The 1611 Authorized Version of The Bible

 

It is supposed to be a coincidence that in the 46th psalm the 46th word from the beginning is "shake," and the 46th word from the end is "speare."

In earlier editions of the Bible we find the position of these two words "shake" and "speare" to be as follows:

1535 or Coverdale Bible---56th word dwon is "shook," 47 word up "speare."
1539 or Great Bible---46th word down "shake," 48th word up "speare."
1560 or Geneva Bible--- 47th word down "shake," 44th word up "speare."
1568 or Bishop Bible--- 47th word down "shake," 48th word up "speare."

Is it a coincidence that in the 1611 Bible, the 46th word from the beginning of the 46th Psalm is "shake," and the 46th word from the end "speare?" We submit that Francis Bacon, who on an accumulation of evidence, is believed to have been responsible for the final editing of the 1611 Bible, took the opportunity, by making small verbal alterations in the 46th Psalm, of earmarking his associations as "Shakespeare" with this version of the Bible.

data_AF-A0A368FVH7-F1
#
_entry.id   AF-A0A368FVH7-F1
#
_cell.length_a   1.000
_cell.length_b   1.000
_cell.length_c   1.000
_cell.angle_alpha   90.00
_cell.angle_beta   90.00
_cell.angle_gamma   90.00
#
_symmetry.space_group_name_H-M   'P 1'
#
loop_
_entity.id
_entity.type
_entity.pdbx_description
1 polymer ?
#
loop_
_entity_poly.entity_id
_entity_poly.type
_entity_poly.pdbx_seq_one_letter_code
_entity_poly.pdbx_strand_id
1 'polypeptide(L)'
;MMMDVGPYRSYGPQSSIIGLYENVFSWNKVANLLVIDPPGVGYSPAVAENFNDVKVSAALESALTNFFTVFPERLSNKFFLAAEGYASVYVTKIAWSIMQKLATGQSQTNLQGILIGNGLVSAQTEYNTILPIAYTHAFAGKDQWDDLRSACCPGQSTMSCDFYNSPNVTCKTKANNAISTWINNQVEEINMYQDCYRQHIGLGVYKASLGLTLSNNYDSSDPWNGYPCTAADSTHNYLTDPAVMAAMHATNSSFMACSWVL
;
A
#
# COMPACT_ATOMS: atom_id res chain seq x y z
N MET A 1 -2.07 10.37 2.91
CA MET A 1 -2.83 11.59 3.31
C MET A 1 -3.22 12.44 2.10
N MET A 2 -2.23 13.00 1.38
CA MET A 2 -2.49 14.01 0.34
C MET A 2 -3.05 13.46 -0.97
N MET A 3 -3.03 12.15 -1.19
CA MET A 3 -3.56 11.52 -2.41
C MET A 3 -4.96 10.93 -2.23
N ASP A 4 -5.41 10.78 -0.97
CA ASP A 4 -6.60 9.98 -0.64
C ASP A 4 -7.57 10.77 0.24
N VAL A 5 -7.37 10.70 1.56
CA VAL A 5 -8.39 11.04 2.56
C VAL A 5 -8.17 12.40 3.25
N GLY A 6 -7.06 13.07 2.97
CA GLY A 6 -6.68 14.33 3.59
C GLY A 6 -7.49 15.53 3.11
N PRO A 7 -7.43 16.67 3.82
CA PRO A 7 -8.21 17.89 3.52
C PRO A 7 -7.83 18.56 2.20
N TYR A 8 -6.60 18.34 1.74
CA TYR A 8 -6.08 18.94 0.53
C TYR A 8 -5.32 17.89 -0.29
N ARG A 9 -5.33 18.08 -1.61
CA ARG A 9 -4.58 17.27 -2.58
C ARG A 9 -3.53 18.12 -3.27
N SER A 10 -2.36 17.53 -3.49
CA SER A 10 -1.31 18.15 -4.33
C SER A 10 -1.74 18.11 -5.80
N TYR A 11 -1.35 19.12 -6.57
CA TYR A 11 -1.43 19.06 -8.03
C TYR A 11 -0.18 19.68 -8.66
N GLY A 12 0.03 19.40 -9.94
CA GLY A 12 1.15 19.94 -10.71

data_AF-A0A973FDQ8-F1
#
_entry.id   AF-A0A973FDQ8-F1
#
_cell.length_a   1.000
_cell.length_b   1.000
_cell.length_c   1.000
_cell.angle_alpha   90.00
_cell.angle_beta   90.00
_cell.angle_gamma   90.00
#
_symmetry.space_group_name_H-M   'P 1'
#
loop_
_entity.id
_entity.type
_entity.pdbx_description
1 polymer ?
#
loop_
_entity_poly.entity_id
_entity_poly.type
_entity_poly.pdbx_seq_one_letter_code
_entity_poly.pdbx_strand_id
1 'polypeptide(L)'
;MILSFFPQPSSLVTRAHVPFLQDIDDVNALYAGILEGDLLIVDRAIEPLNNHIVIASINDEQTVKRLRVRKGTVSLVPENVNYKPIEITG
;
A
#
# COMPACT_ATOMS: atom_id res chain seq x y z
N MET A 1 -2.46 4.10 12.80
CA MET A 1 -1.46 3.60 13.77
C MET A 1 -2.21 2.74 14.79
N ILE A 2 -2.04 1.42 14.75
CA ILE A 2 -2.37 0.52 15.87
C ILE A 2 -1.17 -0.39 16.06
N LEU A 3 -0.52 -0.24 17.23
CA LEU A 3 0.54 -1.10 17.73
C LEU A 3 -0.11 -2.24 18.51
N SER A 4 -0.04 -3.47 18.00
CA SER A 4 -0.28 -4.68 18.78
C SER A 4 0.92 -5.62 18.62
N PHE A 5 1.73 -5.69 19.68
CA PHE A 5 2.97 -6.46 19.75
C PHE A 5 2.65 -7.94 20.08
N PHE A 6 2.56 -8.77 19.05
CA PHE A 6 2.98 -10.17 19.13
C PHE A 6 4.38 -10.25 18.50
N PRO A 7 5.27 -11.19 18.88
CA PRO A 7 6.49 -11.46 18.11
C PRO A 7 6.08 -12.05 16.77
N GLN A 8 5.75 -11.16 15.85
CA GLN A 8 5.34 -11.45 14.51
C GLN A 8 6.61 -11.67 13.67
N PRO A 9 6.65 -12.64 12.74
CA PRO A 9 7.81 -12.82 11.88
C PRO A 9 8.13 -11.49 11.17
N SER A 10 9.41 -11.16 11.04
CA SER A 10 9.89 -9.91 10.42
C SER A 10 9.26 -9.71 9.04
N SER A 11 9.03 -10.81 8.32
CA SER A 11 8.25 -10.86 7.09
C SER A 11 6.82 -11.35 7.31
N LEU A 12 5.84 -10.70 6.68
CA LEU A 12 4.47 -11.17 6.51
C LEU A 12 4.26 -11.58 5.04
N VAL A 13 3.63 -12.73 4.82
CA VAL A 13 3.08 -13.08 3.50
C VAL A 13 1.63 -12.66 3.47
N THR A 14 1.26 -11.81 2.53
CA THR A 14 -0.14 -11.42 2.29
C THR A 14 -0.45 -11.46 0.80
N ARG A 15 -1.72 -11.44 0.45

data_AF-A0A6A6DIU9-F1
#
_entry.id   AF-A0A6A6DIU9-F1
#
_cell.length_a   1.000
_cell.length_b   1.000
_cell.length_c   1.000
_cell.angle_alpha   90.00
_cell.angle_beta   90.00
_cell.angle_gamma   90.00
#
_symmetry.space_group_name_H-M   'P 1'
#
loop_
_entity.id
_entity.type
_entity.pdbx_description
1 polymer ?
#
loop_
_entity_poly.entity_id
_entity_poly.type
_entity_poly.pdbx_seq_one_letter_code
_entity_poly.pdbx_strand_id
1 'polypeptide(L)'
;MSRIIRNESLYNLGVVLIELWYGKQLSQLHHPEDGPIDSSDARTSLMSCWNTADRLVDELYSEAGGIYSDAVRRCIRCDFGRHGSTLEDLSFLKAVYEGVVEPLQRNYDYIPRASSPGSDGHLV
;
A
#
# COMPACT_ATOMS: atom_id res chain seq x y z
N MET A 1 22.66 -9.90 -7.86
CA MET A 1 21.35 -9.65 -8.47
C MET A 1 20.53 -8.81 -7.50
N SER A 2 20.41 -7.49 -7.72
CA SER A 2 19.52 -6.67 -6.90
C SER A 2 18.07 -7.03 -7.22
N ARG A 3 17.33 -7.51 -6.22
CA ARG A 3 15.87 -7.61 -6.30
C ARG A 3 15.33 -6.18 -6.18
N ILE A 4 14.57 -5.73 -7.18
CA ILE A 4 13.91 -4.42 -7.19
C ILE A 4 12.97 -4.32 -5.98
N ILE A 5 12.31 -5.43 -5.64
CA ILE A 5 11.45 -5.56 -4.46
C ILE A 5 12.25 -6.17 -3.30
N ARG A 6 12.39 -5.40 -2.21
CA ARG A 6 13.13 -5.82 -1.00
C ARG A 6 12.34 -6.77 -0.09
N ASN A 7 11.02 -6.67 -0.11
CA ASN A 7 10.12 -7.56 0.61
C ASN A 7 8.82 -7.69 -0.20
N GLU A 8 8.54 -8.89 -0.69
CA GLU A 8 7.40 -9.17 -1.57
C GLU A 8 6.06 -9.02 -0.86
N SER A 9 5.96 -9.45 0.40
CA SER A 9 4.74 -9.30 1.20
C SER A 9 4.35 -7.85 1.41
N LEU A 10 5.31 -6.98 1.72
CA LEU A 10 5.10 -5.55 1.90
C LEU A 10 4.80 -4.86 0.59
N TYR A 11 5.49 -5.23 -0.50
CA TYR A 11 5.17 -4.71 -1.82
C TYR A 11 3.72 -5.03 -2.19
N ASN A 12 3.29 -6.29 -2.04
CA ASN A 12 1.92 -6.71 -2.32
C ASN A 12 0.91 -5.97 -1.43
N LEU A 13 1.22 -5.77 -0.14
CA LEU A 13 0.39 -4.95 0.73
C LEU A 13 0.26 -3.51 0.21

Even Macaulay admits that Bacon "in perceiving analogies between things which had nothing in common had no equal."

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